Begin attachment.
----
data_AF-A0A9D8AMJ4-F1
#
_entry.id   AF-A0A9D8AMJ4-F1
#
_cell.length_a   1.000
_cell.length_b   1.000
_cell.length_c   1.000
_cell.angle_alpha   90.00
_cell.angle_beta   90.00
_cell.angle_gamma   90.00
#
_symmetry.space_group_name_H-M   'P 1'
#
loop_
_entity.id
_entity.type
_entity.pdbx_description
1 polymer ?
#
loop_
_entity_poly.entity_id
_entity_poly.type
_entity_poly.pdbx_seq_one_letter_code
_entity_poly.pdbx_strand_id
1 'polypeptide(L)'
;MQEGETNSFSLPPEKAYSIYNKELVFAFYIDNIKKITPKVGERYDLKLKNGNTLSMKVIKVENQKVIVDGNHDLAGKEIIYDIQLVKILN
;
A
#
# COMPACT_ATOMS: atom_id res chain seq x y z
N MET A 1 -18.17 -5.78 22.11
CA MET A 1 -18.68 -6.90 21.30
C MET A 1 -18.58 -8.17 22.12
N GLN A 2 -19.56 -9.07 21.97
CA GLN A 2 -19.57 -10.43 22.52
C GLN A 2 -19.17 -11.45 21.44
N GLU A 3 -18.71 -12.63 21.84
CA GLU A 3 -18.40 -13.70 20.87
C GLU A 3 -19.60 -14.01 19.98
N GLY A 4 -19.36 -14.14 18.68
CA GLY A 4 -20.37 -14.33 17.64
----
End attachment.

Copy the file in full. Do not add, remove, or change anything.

data_AF-A0A9D8AMJ4-F1
#
_entry.id   AF-A0A9D8AMJ4-F1
#
_cell.length_a   1.000
_cell.length_b   1.000
_cell.length_c   1.000
_cell.angle_alpha   90.00
_cell.angle_beta   90.00
_cell.angle_gamma   90.00
#
_symmetry.space_group_name_H-M   'P 1'
#
loop_
_entity.id
_entity.type
_entity.pdbx_description
1 polymer ?
#
loop_
_entity_poly.entity_id
_entity_poly.type
_entity_poly.pdbx_seq_one_letter_code
_entity_poly.pdbx_strand_id
1 'polypeptide(L)'
;MQEGETNSFSLPPEKAYSIYNKELVFAFYIDNIKKITPKVGERYDLKLKNGNTLSMKVIKVENQKVIVDGNHDLAGKEIIYDIQLVKILN
;
A
#
# COMPACT_ATOMS: atom_id res chain seq x y z
N MET A 1 -18.17 -5.78 22.11
CA MET A 1 -18.68 -6.90 21.30
C MET A 1 -18.58 -8.17 22.12
N GLN A 2 -19.56 -9.07 21.97
CA GLN A 2 -19.57 -10.43 22.52
C GLN A 2 -19.17 -11.45 21.44
N GLU A 3 -18.71 -12.63 21.84
CA GLU A 3 -18.40 -13.70 20.87
C GLU A 3 -19.60 -14.01 19.98
N GLY A 4 -19.36 -14.14 18.68
CA GLY A 4 -20.37 -14.33 17.64